‘So,’ she added, before looking up at the audience, ‘that’s where people can work.’
The Democrat said the jobs will be solely available for Venezuelans given they are the only ones now being granted TPS, due to current conditions in their country, which she went on to describe.
‘Don’t assume these our all low skill individuals,’ she said, in an apparent attempt to quell potential concerns about the arrivals’ ability to do and adapt to the wide range of jobs set to be offered.
The Democrat – who has done little to address the state of her state’s most populous city the past 15 months – said the jobs will be solely available for Venezuelans given they are the only ones now being granted TPS, due to current conditions in their country
She did not add any planned course of action to address the thousands of other immigrants currently sleeping on the city’s streets not of Venezuelan nationality – a sample set believed to be 60 percent of the number of New York arrivals
Moreover, the temporary protected status applies to all Venezuelans who came to the US before July 31 of this year, and extends an earlier TPS already in place for thousands of Venezuelans who arrived before March 2021
Hochul, meanwhile, has done little else to address the state of her state’s most populous city
‘Venezuela was once a very prosperous country,’ she continued. ‘Their economy is based on oil. They sent oil around the world – they used to send to the US until the embargo.
‘But once they had a change in leadership,’ she continued – calling current president Nicolás Madura a ‘dictator’ – ‘crime, gangs took over the streets, political chaos, economic decline, and the loss of oil, their country spiraled, and that’s why people are fleeing.’
She did not add any planned course of action to address the thousands of other immigrants currently sleeping on the city’s streets not of Venezuelan nationality – a sample set believed to be 60 percent of the number of New York arrivals.
Moreover, the temporary protected status applies to all Venezuelans who came to the US before July 31 of this year, and extends an earlier TPS already in place for thousands of Venezuelans who arrived before March 2021.
Hochul, meanwhile, has done little else to address the state of her state’s most populous city.
As for Adams – who months ago touted New York as a sanctuary city and publicly challenged Texas Gov. Gregg Abbott to send over arrivals – has said the crisis will cost the city $12billion over three years.
The city is currently paying hotels an average cost of $185 per day per room, and spending about $385 a night per migrant family that needs housing and feeding. According to Manhattan Borough President Mark Levine, asylum seekers are costing the city roughly $10 million every day.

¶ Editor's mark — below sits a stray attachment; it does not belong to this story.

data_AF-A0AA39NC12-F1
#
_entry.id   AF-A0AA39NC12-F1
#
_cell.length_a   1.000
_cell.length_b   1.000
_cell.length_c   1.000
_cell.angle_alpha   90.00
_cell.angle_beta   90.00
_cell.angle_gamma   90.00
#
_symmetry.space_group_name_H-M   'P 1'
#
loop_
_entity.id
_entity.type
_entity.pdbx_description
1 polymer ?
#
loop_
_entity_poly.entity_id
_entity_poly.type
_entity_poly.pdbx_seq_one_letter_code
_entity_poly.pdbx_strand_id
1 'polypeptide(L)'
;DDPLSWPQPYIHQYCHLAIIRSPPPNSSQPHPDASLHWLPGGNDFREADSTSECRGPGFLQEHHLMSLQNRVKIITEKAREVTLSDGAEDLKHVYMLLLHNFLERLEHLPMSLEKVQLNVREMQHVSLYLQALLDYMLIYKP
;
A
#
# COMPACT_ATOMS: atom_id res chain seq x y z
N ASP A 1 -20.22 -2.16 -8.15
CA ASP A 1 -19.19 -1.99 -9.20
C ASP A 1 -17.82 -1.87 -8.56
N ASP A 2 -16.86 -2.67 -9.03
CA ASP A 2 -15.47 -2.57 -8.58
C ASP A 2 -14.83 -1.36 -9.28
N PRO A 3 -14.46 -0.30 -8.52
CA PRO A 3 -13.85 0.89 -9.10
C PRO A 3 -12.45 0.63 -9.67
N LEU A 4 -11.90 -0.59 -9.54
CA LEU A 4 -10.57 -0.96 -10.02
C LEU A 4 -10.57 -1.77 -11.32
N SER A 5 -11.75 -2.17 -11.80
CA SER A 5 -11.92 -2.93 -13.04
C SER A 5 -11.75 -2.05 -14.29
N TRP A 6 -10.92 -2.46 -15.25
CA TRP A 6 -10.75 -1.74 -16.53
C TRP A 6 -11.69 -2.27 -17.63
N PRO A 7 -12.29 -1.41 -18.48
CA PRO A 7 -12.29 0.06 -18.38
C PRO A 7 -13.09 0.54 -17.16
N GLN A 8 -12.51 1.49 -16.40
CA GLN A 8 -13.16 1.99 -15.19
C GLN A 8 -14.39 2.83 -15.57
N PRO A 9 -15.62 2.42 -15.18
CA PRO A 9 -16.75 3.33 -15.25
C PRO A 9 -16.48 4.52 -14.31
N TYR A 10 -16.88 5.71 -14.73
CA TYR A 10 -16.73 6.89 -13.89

New York’s mayor, meanwhile, has warned that the city’s services will be affected by the incredible additional expenses on the budget. He has previously stated the city is planning on cutting services such as library hours, meals for senior citizens, and free, full-day care for three-year-olds.
Adams has recently ramped up pleas to Hochul to issue an emergency order to command counties Upstate and in Long Island to shelter migrants, a demand Hochul – who initially sought to steer clear of the city’s migrant crisis – has repeatedly rebuffed
A record 260,000 migrants flooded across the border last month alone, causing chaos not only in border states that are ill-equipped to stomach such massive population influxes but in sanctuary states like New York.
‘We want [Congress] to have a limit on who can come across the border,’ said Hochul During a Sunday appearance on CBS’ ‘Face the Nation,’ in which the politicians said she feels the country’s border is currently too much of a free-for-all.
‘People coming from all over the world are finding their way through, simply saying they need asylum, and the majority of them seem to be ending up in the streets of New York, and that is a real problem for New York City,’ she added, echoing what Adams had been saying for months.
‘It’s in our DNA to welcome immigrants. But there has to be some limits in place.’
The comments came as Hochul has faced widespread criticism for failing to intervene on the city’s crisis, and refusing to ship travelers off to nearby communities and counties in Long Island and Upstate.
Many of the areas Hochul does not want migrants sent – Long Island and The Hudson Valley – serve as two regions vital for Democrats’ bid to secure House control in 2024.
Adams, apparently unconcerned by public opinion in those areas, has recently ramped up pleas to Hochul to issue an emergency order to command counties in both areas to shelter migrants, a demand Hochul has repeatedly rebuffed.
The lack of cooperation shows the collision course the two politicians seem to be embarking on ahead of the upcoming election – one that many anticipate will be extremely contentious and be a rematch of Joe Biden and Donald Trump.
Initially seeking to steer clear of the city’s migrant crisis, Hochul’s recent actions show how city efforts are still failing as arrivals continue.